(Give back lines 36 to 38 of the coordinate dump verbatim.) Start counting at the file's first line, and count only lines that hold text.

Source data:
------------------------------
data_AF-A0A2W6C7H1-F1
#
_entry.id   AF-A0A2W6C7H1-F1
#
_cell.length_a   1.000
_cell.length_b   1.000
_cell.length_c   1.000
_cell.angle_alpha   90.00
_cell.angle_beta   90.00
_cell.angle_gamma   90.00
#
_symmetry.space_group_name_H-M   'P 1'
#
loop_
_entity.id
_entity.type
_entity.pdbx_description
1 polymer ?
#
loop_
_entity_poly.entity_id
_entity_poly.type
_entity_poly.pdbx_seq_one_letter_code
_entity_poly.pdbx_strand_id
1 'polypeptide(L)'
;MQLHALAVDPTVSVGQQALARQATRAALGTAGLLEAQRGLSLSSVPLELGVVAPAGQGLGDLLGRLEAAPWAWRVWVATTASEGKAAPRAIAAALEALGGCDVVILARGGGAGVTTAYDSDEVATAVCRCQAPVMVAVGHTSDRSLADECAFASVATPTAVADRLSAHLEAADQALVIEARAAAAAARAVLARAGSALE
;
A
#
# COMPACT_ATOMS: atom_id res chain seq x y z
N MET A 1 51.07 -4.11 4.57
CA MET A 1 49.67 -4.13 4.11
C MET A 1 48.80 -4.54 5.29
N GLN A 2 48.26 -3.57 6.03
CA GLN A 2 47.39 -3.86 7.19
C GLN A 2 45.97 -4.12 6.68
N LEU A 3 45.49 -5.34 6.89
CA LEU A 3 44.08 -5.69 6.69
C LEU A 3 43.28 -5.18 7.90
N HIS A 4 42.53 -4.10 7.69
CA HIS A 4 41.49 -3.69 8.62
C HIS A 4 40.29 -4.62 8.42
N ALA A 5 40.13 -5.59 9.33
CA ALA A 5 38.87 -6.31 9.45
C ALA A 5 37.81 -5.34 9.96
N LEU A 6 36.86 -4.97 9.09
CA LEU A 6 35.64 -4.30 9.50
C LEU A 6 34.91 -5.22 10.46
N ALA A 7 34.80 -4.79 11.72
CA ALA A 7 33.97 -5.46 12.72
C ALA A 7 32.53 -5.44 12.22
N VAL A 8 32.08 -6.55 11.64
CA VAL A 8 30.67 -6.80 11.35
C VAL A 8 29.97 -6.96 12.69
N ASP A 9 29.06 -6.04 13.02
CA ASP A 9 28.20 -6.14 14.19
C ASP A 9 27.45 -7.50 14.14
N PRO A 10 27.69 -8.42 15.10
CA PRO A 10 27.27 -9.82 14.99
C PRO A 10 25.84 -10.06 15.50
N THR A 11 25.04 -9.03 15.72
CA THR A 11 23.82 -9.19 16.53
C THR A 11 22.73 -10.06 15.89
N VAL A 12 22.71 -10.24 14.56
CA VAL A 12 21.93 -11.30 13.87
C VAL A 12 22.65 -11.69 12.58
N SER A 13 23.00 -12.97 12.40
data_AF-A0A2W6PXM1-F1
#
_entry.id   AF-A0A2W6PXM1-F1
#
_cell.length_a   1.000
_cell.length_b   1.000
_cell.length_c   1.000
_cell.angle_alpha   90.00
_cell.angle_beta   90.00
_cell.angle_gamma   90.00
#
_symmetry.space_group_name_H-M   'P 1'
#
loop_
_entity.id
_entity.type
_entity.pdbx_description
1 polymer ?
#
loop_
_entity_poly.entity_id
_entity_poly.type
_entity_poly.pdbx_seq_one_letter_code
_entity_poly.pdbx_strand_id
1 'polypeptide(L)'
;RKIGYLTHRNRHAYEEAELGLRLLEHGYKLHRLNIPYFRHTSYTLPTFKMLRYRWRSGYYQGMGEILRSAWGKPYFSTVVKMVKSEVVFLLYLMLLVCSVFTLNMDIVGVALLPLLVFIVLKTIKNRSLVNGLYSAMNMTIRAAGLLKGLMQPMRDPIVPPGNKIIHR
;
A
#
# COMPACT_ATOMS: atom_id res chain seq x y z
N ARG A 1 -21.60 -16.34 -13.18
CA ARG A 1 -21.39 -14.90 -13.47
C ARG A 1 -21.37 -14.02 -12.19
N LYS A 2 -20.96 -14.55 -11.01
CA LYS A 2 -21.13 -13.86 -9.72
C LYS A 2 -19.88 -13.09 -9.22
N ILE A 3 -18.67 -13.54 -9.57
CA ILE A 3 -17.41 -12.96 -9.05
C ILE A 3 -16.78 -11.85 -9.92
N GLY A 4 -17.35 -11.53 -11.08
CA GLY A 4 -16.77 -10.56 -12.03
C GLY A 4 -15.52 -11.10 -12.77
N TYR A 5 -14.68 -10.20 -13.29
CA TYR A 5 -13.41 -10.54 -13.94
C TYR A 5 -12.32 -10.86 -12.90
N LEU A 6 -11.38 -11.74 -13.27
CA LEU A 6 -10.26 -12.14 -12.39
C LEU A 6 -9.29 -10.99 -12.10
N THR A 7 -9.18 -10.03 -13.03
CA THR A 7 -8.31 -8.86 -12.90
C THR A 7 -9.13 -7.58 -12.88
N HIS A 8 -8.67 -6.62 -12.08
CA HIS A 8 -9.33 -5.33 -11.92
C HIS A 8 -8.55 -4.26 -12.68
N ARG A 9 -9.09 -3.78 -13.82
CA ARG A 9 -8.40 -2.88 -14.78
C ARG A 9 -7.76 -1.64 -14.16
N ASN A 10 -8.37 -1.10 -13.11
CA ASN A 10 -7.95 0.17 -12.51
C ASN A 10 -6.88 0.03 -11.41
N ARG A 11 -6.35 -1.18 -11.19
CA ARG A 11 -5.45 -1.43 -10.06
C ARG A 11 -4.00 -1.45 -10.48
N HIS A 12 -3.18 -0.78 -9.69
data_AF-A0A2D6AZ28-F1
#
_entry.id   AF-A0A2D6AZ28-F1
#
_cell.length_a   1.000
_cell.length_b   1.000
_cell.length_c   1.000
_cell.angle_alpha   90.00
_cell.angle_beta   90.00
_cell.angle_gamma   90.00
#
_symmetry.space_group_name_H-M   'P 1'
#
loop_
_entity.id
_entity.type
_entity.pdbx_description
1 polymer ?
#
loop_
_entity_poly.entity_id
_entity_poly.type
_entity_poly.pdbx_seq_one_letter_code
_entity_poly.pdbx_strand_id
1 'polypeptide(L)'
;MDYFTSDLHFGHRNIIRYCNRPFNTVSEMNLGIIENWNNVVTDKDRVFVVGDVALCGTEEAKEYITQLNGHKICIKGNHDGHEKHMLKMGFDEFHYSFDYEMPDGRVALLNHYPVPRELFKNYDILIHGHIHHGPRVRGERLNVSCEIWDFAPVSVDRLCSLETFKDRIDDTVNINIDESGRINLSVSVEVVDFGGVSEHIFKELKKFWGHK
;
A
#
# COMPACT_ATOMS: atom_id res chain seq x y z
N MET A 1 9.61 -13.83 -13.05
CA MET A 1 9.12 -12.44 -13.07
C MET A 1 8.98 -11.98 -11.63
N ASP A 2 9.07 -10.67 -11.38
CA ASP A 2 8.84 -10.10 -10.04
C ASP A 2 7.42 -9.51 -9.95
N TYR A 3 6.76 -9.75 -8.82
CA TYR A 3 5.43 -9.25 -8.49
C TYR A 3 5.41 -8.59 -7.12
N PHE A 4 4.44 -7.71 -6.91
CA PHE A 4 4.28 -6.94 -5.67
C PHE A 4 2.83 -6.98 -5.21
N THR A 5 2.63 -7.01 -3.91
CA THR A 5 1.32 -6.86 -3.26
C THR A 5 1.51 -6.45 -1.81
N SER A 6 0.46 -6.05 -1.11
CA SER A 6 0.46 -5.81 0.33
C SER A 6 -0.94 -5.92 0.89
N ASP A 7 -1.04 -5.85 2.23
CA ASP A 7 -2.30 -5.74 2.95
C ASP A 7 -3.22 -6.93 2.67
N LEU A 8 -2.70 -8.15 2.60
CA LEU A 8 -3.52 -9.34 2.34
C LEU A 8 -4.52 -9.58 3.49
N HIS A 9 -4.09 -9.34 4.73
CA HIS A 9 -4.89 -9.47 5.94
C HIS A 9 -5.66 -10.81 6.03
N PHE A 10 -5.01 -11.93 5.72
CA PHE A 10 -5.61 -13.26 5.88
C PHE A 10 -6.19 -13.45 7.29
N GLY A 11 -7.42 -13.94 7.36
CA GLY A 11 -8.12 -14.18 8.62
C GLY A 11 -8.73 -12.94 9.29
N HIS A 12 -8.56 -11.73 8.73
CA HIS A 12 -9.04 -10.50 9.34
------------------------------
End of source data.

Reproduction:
C GLN A 2 45.97 -4.12 6.68
N LEU A 3 45.49 -5.34 6.89
CA LEU A 3 44.08 -5.69 6.69